Washington Nationals’ catcher Matt Wieters, in the first season of his career outside of Baltimore, MD, struggled offensively, producing a .225/.288/.344 line, 20 doubles, 10 home runs and a career-worst 62 wRC+ in 465 plate appearances, over which he was worth a career-low -0.2 fWAR.
Behind the plate, the veteran backstop posted a .993 fld%, allowed a total of five passed balls, threw out 19 of 76 would-be base stealers (25% CS%), and committed eight errors, one fielding, and seven throwing.
While it doesn’t look pretty statistically, one Nats’ pitcher after another praised the 31-year-old catcher’s work in his first season with the pitching staff in the nation’s capital.
Faced with the possibility of testing the free agent market again this winter, Wieters, who signed a 1-year/$10.5M deal in mid-February last Spring which included a player option for 2018 (at another $10.5M), exercised that option and chose to remain in D.C. for another run.
When he spoke to reporters after the first day at the General Managers’ Meetings on Monday in Orlando, FL, Nats’ GM Mike Rizzo discussed the depth behind Wieters, telling reporters, as quoted by Washington Post writers Chelsea Janes and Jorge Castillo, that the backup catcher might come from within the organization, with Jose Lobaton, who backed up in D.C. over the last four seasons, now a free agent.
Rizzo said he thinks that 24-year-old catcher Pedro Severino, who has 46 games in the majors on his resume, could potentially step up and split time with Wieters.
“I think [Severino] is definitely ready to handle it,” Rizzo said, adding that, “... that would give us a chance to play Matt less than we played him last year to keep him fresher.”
Rizzo, the WaPost reporters noted, mentioned how Wieters played 123 games in 2018, a step down from the 130, 139, 144, and 148 he played between 2010-2013, back before he was injured in 2014, but still the fifth-most in the NL, and eighth-highest total amongst major league catchers last season.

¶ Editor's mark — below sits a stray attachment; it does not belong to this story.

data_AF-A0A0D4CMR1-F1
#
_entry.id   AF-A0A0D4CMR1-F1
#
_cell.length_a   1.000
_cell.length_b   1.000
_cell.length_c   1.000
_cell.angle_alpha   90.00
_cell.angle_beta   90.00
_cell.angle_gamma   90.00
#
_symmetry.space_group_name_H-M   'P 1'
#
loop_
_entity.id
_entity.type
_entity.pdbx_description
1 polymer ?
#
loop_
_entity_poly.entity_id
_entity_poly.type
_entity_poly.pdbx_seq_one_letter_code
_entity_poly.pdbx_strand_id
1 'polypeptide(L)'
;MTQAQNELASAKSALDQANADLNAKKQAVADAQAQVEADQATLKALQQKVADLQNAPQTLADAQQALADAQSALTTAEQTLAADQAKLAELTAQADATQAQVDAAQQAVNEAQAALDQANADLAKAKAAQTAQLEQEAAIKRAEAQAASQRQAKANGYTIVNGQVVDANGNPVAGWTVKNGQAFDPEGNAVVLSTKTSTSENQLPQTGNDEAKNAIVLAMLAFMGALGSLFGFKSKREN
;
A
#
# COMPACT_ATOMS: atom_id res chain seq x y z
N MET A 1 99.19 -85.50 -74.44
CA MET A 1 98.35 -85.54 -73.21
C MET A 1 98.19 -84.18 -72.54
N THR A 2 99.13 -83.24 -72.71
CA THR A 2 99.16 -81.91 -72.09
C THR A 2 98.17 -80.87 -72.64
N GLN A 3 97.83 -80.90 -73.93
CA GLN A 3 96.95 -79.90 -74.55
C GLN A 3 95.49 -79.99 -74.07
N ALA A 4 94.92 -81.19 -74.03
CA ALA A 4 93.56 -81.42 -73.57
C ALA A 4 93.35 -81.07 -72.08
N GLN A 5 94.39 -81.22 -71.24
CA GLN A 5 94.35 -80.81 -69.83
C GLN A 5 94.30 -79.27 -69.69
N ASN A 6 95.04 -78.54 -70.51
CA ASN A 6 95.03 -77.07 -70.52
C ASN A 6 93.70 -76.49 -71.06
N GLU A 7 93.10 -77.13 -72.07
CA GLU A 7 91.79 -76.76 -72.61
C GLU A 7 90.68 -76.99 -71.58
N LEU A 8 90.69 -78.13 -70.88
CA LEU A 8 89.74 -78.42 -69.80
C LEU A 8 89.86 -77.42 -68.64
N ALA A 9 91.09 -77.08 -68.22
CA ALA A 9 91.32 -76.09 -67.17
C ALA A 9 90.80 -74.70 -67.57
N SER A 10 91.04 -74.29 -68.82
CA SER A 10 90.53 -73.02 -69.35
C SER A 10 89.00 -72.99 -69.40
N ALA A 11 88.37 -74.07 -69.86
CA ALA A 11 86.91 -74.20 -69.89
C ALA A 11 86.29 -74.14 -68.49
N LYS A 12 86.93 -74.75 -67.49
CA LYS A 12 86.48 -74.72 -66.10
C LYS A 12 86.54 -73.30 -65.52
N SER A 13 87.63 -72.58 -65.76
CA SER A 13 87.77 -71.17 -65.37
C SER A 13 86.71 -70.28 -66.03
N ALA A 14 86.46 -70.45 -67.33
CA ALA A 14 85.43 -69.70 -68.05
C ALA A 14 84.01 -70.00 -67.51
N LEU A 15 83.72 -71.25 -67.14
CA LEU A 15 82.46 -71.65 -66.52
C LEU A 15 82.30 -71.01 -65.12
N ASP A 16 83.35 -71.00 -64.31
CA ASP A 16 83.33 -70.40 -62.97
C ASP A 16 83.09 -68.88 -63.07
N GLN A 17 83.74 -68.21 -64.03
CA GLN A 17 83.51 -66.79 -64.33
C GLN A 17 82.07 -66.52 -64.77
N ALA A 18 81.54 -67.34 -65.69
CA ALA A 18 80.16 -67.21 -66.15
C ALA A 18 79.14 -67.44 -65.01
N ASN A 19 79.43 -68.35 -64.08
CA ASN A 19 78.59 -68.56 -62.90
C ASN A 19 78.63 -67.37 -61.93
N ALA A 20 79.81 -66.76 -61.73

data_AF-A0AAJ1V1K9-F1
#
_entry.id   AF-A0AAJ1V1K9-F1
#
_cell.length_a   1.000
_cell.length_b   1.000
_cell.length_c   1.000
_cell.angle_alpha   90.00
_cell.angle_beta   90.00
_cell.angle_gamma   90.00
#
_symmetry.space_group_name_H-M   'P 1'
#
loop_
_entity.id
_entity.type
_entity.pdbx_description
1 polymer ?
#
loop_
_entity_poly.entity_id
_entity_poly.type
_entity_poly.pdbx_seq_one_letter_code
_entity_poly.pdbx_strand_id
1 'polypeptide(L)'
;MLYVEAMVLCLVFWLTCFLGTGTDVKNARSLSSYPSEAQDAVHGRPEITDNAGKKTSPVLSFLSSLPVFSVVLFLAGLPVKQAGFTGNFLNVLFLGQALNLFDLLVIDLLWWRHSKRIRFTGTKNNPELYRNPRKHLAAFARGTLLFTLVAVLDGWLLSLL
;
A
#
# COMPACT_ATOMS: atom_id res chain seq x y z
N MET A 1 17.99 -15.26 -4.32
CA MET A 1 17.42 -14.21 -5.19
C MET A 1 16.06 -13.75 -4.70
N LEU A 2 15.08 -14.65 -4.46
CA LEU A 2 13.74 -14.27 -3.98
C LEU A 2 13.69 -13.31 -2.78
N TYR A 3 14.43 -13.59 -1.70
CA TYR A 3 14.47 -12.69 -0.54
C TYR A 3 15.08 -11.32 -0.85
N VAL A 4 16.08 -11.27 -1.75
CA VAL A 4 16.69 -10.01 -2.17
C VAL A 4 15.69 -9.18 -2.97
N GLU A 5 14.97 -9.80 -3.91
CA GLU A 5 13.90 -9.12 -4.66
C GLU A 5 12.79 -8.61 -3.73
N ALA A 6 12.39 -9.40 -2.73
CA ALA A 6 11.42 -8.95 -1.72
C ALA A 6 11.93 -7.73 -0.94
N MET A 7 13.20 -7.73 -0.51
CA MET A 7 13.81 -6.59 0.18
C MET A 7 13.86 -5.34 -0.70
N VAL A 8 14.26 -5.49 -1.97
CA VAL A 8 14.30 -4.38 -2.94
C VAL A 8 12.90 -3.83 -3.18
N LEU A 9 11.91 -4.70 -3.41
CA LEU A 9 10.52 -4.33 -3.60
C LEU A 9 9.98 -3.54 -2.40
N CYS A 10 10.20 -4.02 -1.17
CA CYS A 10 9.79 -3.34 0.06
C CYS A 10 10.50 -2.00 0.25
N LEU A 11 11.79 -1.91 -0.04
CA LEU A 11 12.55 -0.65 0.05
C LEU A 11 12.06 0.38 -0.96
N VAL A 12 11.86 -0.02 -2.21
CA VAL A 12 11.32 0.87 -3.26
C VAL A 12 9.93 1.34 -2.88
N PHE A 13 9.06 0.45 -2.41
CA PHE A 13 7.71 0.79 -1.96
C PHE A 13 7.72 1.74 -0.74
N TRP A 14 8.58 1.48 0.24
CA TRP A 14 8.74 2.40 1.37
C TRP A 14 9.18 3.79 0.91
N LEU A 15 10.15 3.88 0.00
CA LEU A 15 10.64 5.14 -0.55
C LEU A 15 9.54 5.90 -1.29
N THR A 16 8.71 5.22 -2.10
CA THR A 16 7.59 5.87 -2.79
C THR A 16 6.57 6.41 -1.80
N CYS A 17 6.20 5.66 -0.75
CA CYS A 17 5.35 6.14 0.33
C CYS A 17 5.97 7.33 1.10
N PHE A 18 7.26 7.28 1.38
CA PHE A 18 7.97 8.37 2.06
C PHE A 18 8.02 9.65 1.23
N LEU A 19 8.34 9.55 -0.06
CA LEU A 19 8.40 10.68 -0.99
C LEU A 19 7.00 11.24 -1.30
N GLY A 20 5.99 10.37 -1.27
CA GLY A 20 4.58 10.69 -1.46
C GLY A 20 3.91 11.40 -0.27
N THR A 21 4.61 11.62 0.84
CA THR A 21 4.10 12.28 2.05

Severino, in his seventh campaign in the organization after signing as a 16-year-old for $55,000 in 2010, put up a .242/.291/.332 line, four doubles and five home runs in 59 games and 227 PAs at Triple-A Syracuse, making 17 appearances for the Nationals in his third season of limited major league action, and going 5 for 29 at the plate.
After the Nationals acquired Derek Norris last winter, and before they signed Wieters, Rizzo told reporters that he viewed Severino as potential No. 1 catcher at some point.
“Severino is a bright young prospect, that’s the catcher of the future here,” Rizzo said, adding that the backstop has what he described as, “a great skill set I loved in a short stint here, the energy, defensive prowess, and the hitting approach that he showed.
“He’s got a great deal of ability that is going to play well in Washington.”
Severino, of course, isn’t even the top-ranked catching prospect in the organization at the moment either, with 24-year-old backstop Raudy Read, who debuted in the majors this past season, ranked 9th overall in the Nationals’ system by Baseball America, and 14th on MLB.com’s list of the Nats’ Top 30 prospects.
Severino didn’t crack BA’s Top 10, but he was still listed as the Top Defensive Catcher in the organization, and landed just one spot behind Read on MLB.com’s list (14th/15th).
Now-former Nationals’ skipper Dusty Baker talked about the impressive depth the Nats have assembled behind the plate late this past season, singling Severino out for praise.
“I think [Severino is] one of the guys that’s big in our future,” Baker said.
“This guy can catch. He calls a good game, the umpires have told me that he receives the ball well, gives them a good look.
“He throws well, he runs well,” Baker added. “His future is big.”
“Severino, he’s closer, but the upside on Raudy is big.”
With two close-to-major-league-ready, 24-year-old catchers in the organization, and a veteran who worked well with the Nationals’ staff last season signed for $10.5M, this doesn’t seem like the spot on the roster Rizzo and Co. in the front office will look to upgrade this winter. Will they add depth, however, to give themselves options should Wieters decline further, or get injured, leaving them with two unproven 24-year-olds behind the plate? Wieters as a bridge to the catcher of the future does make sense, given that the No. 2 gets enough starts to avoid hurting their development.